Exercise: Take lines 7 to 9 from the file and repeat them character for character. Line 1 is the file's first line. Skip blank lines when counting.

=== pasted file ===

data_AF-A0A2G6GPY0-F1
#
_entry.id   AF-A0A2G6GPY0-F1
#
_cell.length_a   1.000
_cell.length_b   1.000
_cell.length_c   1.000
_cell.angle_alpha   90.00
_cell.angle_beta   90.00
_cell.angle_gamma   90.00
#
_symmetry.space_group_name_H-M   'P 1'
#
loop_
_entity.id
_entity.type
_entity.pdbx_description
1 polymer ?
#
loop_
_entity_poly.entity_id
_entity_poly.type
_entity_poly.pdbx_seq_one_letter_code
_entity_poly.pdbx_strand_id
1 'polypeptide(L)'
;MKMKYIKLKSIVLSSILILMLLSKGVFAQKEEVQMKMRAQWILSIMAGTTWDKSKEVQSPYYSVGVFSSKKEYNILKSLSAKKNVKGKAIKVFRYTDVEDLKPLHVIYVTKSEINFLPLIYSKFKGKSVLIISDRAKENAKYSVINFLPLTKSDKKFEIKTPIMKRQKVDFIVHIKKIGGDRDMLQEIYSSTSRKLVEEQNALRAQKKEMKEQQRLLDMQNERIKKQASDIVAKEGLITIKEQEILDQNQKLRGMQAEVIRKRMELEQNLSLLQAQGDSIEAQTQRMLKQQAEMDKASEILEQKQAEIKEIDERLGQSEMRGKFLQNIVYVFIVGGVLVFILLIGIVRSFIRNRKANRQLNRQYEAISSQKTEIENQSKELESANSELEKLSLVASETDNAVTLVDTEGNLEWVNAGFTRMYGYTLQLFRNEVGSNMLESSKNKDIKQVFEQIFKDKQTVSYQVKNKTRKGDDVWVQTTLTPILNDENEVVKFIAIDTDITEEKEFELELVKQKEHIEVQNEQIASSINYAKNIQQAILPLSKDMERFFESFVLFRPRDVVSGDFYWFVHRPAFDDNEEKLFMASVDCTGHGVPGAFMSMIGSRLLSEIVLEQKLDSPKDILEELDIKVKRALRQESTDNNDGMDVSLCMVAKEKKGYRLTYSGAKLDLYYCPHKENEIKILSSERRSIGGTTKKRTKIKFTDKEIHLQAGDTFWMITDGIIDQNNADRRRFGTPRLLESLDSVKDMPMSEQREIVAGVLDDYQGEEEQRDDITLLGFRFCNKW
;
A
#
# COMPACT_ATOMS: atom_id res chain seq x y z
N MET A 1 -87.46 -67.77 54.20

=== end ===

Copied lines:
_cell.length_c   1.000
_cell.angle_alpha   90.00
_cell.angle_beta   90.00